The book is written much like the author speaks. I would say it is easy to read, but it's never easy to read about the horrors one human can inflict upon another. What really struck me about this memoir is that, even after surviving the Holocaust, the author can still see the humanity in others. Love and tolerance remain in the author's heart, which should be an inspiration to anyone who has ever suffered.

Mr. Wiener, thank you for writing this book and sharing it with the world. Especially in the current political climate, people need to remember your story and ensure it never happens again.
Meztisho
As time inevitably moves us away from the horrors and tragedies of the Holocaust and World War 2, it is imperative for our society to bear witness to the testimonies of the living "angels" of the darkest period in the history of mankind. Whether we do it through personal interactions or through print/online media, we must "never forget" by actively engaging in this responsibility. Mr. Alter Wiener presents us with a unique opportunity to not only relive his "life" during his teenage years through five concentration camps, but to read firsthand about the impact he has made during his "second life" on hundreds of people, young and old, who have heard his story firsthand. "From a Name to a Number" should be required reading for all high school age children and above. Mr. Wiener's personal account of his experiences and honest reflections on that time provide us with life lessons on how to interact with each other, how to deal with adversity, and how to never take for granted what we have and who we share our lives with. I highly recommend this book and give thanks to Mr. Wiener for sharing with us a window into his dark past that shines a bright light directing our society on right the path to a safer and more peaceful world.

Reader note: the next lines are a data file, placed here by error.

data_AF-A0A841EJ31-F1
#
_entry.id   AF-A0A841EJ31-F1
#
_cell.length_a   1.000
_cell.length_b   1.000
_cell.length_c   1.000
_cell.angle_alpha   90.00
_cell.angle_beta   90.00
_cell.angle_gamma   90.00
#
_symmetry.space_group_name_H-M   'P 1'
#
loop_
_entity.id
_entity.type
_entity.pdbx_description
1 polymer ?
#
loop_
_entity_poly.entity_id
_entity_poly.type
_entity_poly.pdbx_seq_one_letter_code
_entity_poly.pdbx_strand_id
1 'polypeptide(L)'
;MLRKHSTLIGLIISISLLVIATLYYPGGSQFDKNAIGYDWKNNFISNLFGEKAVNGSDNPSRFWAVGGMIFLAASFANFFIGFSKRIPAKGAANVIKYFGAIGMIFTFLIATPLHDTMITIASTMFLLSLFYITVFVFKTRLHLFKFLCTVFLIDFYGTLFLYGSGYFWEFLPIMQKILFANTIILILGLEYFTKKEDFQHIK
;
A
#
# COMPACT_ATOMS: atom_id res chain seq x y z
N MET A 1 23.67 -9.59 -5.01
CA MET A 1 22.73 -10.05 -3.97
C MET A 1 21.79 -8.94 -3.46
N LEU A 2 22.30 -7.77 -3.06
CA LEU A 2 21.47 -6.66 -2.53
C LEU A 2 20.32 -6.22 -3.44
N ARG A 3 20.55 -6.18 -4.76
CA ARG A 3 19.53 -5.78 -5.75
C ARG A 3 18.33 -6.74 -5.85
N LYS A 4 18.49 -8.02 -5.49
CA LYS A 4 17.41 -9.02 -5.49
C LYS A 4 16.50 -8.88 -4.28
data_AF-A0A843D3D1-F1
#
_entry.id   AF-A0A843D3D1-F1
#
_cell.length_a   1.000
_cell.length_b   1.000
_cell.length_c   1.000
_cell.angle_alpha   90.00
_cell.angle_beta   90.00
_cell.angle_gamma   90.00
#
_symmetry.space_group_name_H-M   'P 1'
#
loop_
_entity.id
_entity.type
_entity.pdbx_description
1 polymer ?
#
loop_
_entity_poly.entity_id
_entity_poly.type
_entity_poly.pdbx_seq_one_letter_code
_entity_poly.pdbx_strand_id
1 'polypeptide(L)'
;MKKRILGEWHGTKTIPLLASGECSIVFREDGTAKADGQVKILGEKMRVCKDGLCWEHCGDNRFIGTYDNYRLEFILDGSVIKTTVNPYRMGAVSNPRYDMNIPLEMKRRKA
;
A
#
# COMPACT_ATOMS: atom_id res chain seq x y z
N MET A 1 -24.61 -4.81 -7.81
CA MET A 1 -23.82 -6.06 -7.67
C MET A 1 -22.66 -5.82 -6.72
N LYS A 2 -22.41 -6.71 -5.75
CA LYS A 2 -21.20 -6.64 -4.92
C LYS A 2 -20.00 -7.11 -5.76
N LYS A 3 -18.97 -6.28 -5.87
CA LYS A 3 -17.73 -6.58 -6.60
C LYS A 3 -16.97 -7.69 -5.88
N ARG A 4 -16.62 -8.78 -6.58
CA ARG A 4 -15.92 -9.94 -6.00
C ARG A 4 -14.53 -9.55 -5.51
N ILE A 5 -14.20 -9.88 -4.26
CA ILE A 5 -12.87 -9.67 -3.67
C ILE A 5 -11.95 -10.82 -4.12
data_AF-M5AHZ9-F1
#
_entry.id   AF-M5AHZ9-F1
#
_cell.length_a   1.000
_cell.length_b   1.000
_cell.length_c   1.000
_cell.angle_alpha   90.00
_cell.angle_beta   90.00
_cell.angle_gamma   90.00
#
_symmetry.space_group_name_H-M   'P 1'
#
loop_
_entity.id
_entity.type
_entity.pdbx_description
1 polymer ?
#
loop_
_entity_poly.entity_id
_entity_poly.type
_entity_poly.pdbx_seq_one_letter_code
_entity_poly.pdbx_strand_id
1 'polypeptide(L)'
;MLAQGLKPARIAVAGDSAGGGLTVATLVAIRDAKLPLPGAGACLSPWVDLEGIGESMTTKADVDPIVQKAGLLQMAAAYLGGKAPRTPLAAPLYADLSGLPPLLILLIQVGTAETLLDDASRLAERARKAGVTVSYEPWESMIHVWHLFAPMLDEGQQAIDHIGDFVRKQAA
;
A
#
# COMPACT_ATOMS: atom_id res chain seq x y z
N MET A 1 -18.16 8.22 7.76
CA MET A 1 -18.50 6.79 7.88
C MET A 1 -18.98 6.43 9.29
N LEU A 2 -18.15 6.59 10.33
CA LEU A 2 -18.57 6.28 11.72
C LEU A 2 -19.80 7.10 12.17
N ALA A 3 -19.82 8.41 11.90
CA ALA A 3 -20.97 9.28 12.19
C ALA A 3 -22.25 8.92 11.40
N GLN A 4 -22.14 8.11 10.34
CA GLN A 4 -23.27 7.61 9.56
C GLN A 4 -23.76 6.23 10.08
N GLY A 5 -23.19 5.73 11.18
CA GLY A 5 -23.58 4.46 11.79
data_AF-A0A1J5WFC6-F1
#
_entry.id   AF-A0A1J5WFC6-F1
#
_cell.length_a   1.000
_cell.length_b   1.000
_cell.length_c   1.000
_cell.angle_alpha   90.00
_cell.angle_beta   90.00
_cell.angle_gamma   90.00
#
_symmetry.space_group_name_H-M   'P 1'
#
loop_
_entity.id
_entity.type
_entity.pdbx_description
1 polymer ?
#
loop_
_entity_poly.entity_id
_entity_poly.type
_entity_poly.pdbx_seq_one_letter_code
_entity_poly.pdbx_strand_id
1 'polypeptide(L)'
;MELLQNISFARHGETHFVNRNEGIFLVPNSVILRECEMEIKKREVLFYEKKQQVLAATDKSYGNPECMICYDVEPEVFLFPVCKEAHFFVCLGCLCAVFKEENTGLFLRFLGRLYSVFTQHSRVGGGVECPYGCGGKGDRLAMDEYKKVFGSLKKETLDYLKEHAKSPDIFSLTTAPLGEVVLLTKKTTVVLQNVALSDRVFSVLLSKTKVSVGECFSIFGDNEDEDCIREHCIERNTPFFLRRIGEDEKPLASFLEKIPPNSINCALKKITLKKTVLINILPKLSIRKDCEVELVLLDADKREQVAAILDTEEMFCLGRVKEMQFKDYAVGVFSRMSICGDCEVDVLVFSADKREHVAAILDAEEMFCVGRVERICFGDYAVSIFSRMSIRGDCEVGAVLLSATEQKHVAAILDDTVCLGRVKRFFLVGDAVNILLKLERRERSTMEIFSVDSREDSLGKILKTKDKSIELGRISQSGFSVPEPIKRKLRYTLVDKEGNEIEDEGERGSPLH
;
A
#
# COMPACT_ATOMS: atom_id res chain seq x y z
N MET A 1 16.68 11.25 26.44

Qumen
"From a Name to a Number" is a life-changing book. It is a story everyone should know, and should be a mandatory read worldwide! As a survivor of the Holocaust and the Nazi concentration camps, Alter Wiener tells a story of unthinkable horror with grace, dignity, courage and humor. He is a shining example of the best of humanity. And he teaches us lessons we all need for a better world view and a better understanding of ourselves. If I could give it 100 stars I would. Do yourself a favor, get this book, read it and take it into your heart. This book also inspired a children's book called "Gifts from the Enemy" by Trudy Ludwig. It teaches children humanity, love and acceptance. Another "must have."
BroWelm
Mr Wiener's book is a testimony to the ability of human beings to forgive and to transcend suffering and pain. His story is hard to read because it is difficult to accept to think that such events occurred and so recently. I pray this the rest of his days will be filled with peace and beauty and joy that were denied him in those terrible years. Please read this book and buy it as a gift to others; all our own problems seem petty and we called on to speak up for justice.